Measures to tackle emergency funding shortfalls in key public services will cost £10 billion over five years but amount to a "sticking plaster" solution, according to expert analysis of government spending.
The extra money will help hospitals, schools, prisons and social care keep going but will not tackle the underlying problems facing the services, the Institute for Government (IfG) and Chartered Institute of Public Finance and Accountancy (Cipfa) warned.
Their analysis of 100 different data sets, mostly produced by the Government, warned that the approach taken by ministers since 2010 had "run out of road" and fundamental reforms were necessary.
Chancellor Philip Hammond's options in next month's budget were "limited by the state the services are in" and by the decisions taken since David Cameron began austerity measures in an attempt to balance the books.
The failure to make "transformative" changes had left the Government trapped in a cycle of allowing problems to mount until there was a practical or political crisis and an injection of emergency cash was the only option.
The report noted that £10 billion of extra resources had been diverted to keeping services going over the period 2015/16 - 2019/20 in hospitals, prisons, adult social care and schools.
Report author Emily Andrews of the IfG said: "Failure to deal with building pressure is creating an imperative to act in prisons, hospitals, schools and adult social care. This is a poor state of affairs.
"No government should end up in such a situation, unless beset by a natural disaster or similar unpredictable emergency.
"If the Chancellor and government cannot break out of this reactive cycle they must accept that budgets will rise or services will deteriorate."
The report noted that for seven years ministers had relied on locally-driven efficiency savings and the squeeze on public sector pay to manage spending,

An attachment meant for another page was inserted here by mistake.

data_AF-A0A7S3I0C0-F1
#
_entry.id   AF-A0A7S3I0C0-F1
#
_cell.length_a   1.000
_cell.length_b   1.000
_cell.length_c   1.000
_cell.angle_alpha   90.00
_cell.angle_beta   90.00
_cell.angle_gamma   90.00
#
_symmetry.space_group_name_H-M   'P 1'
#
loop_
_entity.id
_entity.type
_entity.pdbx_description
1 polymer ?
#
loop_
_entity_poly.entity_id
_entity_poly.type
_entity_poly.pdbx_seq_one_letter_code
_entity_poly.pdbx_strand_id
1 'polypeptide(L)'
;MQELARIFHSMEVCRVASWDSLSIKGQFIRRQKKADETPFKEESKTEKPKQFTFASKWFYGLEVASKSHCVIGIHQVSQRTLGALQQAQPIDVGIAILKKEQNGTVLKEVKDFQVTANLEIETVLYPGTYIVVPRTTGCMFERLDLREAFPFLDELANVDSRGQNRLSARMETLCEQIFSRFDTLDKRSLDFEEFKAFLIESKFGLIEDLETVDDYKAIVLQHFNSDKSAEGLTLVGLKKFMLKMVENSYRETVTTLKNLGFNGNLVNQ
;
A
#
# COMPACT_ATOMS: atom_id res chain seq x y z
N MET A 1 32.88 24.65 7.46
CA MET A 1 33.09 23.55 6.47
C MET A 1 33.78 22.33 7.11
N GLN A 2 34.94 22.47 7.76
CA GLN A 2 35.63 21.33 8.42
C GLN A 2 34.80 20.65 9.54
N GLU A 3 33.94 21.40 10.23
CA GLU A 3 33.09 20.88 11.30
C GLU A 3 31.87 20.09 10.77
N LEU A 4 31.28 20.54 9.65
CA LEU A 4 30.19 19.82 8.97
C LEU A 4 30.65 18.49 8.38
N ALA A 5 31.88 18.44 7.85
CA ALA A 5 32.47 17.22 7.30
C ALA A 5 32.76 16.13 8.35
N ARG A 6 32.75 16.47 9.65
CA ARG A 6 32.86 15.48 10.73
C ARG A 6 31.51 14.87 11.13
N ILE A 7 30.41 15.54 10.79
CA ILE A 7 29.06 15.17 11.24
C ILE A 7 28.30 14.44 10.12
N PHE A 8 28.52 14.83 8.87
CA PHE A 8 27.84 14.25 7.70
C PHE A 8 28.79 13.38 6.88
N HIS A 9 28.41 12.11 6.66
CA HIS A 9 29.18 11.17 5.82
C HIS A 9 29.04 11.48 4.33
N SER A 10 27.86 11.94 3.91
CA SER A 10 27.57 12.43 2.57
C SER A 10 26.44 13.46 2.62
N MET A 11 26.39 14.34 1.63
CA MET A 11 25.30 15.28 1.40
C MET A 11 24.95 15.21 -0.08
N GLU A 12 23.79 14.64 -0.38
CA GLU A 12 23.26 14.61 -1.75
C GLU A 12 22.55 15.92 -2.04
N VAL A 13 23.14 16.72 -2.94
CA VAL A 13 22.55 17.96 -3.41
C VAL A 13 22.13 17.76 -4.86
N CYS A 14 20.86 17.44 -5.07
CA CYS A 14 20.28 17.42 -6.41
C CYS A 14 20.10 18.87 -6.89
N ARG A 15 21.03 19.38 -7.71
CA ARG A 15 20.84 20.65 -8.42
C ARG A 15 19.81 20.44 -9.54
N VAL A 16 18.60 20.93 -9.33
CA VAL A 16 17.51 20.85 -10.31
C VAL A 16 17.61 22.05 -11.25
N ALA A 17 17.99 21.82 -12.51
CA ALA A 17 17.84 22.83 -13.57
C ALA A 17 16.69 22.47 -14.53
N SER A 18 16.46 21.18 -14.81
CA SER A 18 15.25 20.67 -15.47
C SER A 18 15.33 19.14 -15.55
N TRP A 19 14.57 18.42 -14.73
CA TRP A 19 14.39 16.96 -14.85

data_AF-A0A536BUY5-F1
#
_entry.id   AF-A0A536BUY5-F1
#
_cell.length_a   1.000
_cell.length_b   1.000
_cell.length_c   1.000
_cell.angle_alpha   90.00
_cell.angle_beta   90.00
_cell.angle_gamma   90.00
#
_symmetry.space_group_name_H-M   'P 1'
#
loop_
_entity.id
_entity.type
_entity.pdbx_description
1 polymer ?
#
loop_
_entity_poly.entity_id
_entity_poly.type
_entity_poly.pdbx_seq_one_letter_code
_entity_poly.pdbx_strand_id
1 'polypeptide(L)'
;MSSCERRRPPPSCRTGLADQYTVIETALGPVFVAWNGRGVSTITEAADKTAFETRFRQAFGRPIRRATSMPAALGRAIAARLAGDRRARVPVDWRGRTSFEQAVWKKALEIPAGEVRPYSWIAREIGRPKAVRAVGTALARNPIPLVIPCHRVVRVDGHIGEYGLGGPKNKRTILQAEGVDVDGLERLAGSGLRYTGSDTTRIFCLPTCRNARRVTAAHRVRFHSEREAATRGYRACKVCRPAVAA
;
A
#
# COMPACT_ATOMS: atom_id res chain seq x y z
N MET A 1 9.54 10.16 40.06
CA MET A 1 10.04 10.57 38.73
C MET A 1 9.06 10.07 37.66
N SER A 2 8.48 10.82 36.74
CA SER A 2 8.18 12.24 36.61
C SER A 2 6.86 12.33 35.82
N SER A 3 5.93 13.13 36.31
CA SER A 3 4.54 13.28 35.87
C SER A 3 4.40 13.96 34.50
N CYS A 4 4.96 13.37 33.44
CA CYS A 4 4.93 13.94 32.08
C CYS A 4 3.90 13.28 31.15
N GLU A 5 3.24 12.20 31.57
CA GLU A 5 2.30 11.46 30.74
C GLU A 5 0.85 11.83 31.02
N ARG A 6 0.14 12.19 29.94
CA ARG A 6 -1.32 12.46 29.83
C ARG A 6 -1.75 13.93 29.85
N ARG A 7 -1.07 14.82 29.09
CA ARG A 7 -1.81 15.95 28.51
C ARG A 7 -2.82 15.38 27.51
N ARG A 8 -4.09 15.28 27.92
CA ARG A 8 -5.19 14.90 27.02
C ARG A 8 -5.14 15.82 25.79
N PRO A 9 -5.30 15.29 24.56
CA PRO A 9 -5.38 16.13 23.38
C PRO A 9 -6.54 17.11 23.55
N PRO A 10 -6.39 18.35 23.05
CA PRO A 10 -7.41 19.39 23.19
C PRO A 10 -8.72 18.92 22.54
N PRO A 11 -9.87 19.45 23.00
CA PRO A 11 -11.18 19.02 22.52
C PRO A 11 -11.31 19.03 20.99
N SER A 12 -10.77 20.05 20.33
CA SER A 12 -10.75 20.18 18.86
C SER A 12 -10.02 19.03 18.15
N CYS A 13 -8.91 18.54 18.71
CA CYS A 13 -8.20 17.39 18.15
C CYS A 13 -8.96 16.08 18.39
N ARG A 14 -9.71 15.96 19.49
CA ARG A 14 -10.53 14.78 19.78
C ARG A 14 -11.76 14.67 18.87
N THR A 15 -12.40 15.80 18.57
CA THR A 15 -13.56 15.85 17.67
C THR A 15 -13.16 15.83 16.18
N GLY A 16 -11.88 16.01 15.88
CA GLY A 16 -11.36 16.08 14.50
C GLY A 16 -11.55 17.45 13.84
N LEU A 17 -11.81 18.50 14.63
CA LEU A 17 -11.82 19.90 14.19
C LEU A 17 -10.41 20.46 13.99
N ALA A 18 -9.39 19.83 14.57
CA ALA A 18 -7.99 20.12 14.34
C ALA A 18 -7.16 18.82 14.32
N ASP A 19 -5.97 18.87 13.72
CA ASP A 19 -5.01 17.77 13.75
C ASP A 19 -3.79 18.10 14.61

"Where this proved insufficient, the scope of services narrowed or quality fell, without explicit national political debate," the report said.
"This approach has now run out of road.
"Although further efficiencies may well be possible, these cannot be delivered by setting hard budgets and sticking to them.
"These efficiencies will only come through the kind of changes that require time and national political leadership."
Emergency cash had already been pumped into schools and social care, the report noted.
"These sticking plaster solutions have a time limit," the report warned.
"If the Government does not want to have to return with more money in a few years' time, it will need to start preparing the ground for genuine changes to the way these services are delivered or funded."
There was "little choice" for the Government except to pump extra money into prisons and hospitals.
The report noted that even if good decisions were taken by Mr Hammond (pictured) in his November 22 Budget they "will not solve the underlying problems which have allowed this Government to get into this reactive spending cycle".
The Government needs to "take action to ensure that foreseeable problems do not become expensive crises", including drawing up its own "performance tracker" system which should be made public and scrutinised independently.
Cipfa chief executive Rob Whiteman said: "Government must go beyond moving from one reactive cash injection to the next, because this fails to assess the sustainability of many public services.
"It may now be more effective to stop some services than see them collapse."
A Treasury spokesman said: "We are investing in our vital public services while ensuring taxpayers get value for money.
"Our delivery record is strong: Since 2010 crime has fallen by more than a third, over 6.6 million pupils are taught in good or outstanding schools, and the NHS admitted, transferred or discharged 1,800 more people daily from A&E within the four-hour standard compared to 2010."
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